Lufthansa has said that it will be forced to shed roughly 10,000 staff as it becomes a permanently smaller airline due to Covid-19, in one of the starkest signs of the industry’s woes since the outbreak began.
In a webcast to employees on Friday afternoon, chief executive Carsten Spohr said the German carrier, which has already furloughed almost 90,000 of its 135,000 employees, was unlikely to return to “normality” until 2023.
“We expect yields to be 10 per cent lower and the load factor on our aircraft to be 10 per cent lower,” he said.
“After the crisis, we will have to spend over a billion euros a year to repay loans.”
The Frankfurt-based airline, which is seeking state-aid in Germany, Austria, Belgium and Switzerland, also said it would axe 100 aircraft from its fleet of more than 700.
Earlier this week, unions representing Lufthansa employees appealed to Angela Merkel’s government, calling for state aid to be contingent on maintaining jobs.
But on Friday, Mr Spohr implied that such a guarantee would be impossible. “This pandemic will not be over until there is a vaccine available worldwide,” he said.
“We were the first industry to be affected by this global crisis and aviation will be one of the last to leave it,” he added, emphasising that by that point, Lufthansa would be “a different company”.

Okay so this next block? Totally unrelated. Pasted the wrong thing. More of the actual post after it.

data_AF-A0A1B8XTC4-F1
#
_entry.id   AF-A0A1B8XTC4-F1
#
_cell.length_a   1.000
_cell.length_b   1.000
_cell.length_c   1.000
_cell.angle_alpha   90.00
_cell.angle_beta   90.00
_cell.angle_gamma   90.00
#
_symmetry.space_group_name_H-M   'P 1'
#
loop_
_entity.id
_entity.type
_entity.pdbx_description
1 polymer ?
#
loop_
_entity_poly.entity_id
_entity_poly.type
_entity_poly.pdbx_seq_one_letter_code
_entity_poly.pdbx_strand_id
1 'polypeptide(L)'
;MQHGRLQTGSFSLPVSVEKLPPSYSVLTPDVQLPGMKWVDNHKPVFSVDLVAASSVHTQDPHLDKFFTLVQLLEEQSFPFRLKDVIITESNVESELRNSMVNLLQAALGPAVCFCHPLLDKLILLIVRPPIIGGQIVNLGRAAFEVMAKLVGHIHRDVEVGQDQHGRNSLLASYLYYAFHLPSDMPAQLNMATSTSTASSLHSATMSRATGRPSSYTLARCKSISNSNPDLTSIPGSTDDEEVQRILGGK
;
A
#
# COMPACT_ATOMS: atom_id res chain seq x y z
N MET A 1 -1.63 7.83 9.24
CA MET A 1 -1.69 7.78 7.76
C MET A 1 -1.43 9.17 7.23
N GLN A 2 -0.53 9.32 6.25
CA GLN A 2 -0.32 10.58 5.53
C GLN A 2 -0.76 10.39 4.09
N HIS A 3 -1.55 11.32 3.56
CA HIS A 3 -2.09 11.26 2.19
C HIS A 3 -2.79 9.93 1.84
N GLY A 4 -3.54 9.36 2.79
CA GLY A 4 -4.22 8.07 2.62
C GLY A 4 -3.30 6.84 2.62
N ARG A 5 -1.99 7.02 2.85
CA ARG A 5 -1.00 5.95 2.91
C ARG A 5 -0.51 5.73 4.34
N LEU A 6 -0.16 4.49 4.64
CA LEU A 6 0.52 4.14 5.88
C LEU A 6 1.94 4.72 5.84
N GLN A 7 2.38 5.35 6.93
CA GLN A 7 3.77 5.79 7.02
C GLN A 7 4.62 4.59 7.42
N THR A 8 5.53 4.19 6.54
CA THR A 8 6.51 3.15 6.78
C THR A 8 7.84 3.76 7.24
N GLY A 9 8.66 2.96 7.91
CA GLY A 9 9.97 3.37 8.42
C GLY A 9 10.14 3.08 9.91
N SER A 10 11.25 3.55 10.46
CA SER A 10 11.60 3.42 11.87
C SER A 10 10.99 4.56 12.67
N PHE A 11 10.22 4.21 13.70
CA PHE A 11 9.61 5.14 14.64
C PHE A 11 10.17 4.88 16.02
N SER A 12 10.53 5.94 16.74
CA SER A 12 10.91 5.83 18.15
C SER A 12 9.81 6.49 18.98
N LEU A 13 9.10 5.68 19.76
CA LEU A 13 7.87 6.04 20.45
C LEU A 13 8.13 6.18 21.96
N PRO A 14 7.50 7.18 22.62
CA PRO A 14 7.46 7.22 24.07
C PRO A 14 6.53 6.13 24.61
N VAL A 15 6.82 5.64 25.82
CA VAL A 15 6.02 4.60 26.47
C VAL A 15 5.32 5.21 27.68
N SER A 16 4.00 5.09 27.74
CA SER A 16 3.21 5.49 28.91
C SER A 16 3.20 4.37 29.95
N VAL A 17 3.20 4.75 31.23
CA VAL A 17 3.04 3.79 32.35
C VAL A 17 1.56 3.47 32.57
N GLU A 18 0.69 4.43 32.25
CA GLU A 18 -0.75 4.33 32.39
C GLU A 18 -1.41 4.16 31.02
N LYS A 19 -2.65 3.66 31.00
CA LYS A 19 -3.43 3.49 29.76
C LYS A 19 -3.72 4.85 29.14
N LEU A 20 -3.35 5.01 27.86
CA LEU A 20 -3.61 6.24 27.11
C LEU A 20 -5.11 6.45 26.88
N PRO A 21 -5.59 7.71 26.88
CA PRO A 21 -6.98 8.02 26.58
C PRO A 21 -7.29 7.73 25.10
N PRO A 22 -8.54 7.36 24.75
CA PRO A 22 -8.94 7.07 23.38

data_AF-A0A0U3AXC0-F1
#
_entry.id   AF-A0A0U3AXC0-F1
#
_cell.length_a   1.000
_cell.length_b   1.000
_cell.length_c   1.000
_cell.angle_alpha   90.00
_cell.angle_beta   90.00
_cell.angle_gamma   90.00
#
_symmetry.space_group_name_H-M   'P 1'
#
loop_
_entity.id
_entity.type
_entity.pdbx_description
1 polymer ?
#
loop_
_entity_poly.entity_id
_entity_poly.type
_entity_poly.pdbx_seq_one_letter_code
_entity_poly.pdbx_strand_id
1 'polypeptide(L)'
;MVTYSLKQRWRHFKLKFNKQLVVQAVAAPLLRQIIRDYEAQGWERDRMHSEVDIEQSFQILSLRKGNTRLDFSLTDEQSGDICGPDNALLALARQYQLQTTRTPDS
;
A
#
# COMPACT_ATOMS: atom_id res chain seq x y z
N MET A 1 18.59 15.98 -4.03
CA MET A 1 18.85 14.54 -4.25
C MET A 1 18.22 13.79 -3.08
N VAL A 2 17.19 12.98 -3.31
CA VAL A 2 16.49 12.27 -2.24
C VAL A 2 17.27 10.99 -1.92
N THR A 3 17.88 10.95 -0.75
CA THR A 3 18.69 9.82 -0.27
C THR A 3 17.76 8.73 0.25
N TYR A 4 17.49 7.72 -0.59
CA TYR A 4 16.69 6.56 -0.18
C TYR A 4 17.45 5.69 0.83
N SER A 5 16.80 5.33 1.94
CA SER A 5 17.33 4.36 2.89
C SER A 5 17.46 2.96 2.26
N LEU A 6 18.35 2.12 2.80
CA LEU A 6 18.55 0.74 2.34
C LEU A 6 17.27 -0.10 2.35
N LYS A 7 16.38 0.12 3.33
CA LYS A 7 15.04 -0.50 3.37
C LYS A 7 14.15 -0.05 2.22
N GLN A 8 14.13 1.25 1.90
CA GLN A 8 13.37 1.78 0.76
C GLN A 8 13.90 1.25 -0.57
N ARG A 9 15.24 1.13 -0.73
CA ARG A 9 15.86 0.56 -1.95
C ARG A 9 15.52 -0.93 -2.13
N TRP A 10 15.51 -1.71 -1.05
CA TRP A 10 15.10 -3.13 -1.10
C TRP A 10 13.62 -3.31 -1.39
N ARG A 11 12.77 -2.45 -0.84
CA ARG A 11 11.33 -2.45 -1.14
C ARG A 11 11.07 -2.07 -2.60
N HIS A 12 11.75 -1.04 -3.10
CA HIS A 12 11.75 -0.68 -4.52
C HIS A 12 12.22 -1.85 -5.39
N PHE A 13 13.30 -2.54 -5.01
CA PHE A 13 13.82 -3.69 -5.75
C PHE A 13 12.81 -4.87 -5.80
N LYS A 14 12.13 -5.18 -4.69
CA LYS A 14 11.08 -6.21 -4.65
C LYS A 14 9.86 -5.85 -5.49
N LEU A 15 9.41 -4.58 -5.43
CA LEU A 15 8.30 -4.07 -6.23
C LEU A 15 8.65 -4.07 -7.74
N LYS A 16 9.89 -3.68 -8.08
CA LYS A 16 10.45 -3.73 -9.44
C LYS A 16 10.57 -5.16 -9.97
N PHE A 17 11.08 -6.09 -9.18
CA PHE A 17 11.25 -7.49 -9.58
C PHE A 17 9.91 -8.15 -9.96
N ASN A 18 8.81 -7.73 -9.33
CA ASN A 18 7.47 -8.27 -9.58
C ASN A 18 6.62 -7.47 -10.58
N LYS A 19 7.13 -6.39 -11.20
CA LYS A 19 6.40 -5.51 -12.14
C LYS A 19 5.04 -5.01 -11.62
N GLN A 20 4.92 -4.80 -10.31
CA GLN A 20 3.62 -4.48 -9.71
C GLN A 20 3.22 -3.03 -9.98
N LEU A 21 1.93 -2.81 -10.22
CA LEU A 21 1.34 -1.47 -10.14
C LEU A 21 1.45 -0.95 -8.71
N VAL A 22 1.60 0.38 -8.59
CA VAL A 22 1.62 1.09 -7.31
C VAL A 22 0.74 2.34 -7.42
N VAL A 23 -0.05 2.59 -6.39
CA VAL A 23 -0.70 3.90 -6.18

Mr Spohr’s warning comes days after Australia’s second-biggest carrier, Virgin Australia, became the first large airline casualty of coronavirus, entering voluntary administration after failing to secure a bailout.
If a prediction by the trade body Iata of a 48 per cent fall in traffic this year proves correct, at least seven years of airline passenger traffic growth would be wiped out in 2020, according to consultancy Cirium.
Lufthansa, which is burning through €1m an hour, said it was flying just 1 per cent of its usual passenger numbers.
On Thursday, the group warned that it was only weeks away from running out of cash.
Despite emphasising last month that it would be able to borrow against a fleet worth about €10bn, Lufthansa said it could no longer raise money to pay for liabilities such as ticket refunds on the capital markets.
“This leaves government help as the last remaining hope for Lufthansa to remain solvent,” said Daniel Roeska, an airline analyst at Bernstein.
The company has already announced several cost-saving measures, including plans to axe its Cologne-based Germanwings brand, and shrink its Eurowings division.
Lufthansa has also been operating without a chief financial officer since the start of the month, after Ulrik Svensson resigned on medical advice.